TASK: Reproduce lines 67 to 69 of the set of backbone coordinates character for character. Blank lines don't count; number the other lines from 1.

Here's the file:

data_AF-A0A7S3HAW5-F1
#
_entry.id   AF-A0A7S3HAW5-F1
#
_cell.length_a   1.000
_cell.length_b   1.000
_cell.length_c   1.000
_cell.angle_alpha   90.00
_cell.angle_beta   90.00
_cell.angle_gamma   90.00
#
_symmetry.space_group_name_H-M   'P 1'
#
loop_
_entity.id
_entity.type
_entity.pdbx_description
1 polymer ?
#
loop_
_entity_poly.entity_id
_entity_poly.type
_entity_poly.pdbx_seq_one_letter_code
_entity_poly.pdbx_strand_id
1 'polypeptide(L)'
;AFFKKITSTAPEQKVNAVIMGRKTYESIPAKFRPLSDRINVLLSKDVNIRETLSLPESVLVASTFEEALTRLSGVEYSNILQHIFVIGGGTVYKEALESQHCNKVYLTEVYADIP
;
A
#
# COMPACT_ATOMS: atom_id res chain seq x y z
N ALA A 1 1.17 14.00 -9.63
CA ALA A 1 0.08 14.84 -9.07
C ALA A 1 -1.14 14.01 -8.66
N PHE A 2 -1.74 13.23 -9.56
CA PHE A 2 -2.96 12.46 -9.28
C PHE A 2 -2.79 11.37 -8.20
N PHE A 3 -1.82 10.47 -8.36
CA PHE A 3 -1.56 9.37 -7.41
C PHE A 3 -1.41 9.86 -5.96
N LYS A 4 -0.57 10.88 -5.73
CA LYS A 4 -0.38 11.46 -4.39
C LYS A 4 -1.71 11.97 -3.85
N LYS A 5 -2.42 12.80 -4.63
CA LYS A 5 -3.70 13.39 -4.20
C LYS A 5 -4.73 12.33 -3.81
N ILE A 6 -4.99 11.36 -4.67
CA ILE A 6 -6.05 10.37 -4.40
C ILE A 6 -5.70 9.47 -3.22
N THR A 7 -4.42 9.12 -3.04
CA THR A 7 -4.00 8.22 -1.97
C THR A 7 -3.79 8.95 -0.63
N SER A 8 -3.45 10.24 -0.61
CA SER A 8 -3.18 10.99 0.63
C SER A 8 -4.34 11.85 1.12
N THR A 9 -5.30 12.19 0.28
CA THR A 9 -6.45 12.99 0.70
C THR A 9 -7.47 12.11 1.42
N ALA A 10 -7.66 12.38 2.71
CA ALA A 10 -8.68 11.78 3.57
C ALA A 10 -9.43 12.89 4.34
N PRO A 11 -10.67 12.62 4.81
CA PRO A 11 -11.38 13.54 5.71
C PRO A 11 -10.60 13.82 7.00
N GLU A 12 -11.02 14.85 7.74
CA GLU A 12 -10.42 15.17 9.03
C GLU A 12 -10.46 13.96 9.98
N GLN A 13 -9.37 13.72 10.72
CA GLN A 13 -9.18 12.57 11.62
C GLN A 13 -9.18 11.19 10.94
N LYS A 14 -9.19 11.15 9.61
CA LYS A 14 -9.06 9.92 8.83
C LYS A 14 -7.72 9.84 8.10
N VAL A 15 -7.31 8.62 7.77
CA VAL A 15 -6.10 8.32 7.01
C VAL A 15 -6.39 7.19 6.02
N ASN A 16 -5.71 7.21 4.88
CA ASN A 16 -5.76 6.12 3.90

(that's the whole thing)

N GLN A 13 -9.37 13.72 10.72
CA GLN A 13 -9.18 12.57 11.62
C GLN A 13 -9.18 11.19 10.94